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Guide to Iceland referred him to its cancellation policy and confirmed an 85-percent refund. Neal claims that he never saw the cancellation policy either.

Now we were further perplexed by Neal’s complaint. How could he have been looking at the same website that we looked at and not seen the detailed description of the tour or the cancellation policy?

So, we went to Neal’s initial email to us to get some answers.

In reviewing the dialogue between the representative of Guide to Iceland and Neal, he seemed to be aware of the itinerary during the post-booking confirmation process. In fact, he had booked the entire tour himself through their website prior to speaking to anyone at Guide to Iceland.

Several days after his booking was confirmed, he sent an email to this representative and, in his usual brief writing style, wrote only “Our plans changed. I want a refund.”

So, Neal’s complaints about the itinerary began after his plans “changed.” When the agent points to the 85 percent refund policy, Neal then takes an aggressive stance saying that he will report Guide to Iceland to the tourism board and to his credit card if he does not receive a 100 percent refund.

FYI: Remember to make sure that you are on the right side of your contract’s terms and conditions before you make such threats. Otherwise, they are idle.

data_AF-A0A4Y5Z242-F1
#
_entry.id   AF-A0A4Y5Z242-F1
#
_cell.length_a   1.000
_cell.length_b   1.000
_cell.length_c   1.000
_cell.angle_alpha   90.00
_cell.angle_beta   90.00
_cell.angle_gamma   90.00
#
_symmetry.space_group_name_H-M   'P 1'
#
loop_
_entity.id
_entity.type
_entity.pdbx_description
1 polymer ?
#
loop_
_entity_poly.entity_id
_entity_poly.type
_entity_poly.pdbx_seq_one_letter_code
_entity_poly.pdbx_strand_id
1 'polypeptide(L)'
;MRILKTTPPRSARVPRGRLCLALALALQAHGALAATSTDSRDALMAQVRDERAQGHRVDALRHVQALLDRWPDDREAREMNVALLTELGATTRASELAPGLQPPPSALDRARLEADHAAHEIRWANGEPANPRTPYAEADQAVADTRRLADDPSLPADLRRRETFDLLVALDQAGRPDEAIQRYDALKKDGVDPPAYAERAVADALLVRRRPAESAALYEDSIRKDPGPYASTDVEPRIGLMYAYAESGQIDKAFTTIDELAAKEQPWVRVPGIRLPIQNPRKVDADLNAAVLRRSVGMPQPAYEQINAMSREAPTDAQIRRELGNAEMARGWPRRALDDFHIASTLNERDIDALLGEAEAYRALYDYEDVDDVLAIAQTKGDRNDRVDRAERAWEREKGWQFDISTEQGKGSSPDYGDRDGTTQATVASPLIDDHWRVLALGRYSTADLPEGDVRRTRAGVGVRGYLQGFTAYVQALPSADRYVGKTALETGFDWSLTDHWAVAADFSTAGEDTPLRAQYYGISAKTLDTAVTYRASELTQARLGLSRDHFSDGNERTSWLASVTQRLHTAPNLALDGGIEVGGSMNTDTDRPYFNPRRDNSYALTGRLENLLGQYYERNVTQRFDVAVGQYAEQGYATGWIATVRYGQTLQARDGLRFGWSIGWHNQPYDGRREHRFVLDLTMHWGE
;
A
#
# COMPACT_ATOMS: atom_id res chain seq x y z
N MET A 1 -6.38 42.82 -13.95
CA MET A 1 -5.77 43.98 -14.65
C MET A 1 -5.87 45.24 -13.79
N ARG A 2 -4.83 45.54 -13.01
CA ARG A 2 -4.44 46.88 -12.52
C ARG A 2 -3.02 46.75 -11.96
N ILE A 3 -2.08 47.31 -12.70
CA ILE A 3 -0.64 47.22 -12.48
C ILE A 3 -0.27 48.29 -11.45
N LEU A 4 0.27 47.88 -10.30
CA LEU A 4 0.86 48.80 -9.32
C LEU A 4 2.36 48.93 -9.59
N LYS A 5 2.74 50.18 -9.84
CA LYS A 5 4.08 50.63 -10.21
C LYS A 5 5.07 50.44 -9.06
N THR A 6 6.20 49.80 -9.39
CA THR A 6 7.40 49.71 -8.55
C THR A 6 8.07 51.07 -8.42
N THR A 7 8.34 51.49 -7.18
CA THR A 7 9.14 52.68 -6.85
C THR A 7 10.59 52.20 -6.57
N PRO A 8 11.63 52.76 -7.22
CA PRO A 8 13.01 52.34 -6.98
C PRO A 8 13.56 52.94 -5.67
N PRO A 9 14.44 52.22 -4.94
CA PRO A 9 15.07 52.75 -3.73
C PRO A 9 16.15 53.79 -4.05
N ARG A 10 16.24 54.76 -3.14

The agent referred Neal back to the terms of service, stating:

The cancellation policy is clearly stated under Terms and Conditions on our site, directly under the booking button listed as ‘Terms of Service.’ Upon finalizing payment, you once again pass another button stating that by continuing you adhere to the terms and conditions listed on the site.

We can’t help Neal get a 100 percent refund. Regardless of whether he read the displayed terms of his contract or not, he must comply with them. We did recommend that if he is truly unhappy with this particular tour then he should accept his refund and do a little more research. As one of our forum moderators explained to him, “It is your responsibility to do the research before you book the trip.”

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When you are booking your own trip, remember that you are acting as your own travel agent. Find out exactly what you are buying and, also, find out what it will cost if it is necessary to cancel. These are two very important parts of a successful self-booking travel experience.

We hope Neal is able to find an agreeable tour of Iceland. It is a beautiful country with friendly people and certainly worth his time to do a little research to find his perfect tour.


Michelle Couch-Friedman

Michelle is a Licensed Clinical Social Worker, consumer advocate, writer and photographer who spends as much time as possible exploring the world with her family. She is Advocacy & Editorial Director at Elliott.org.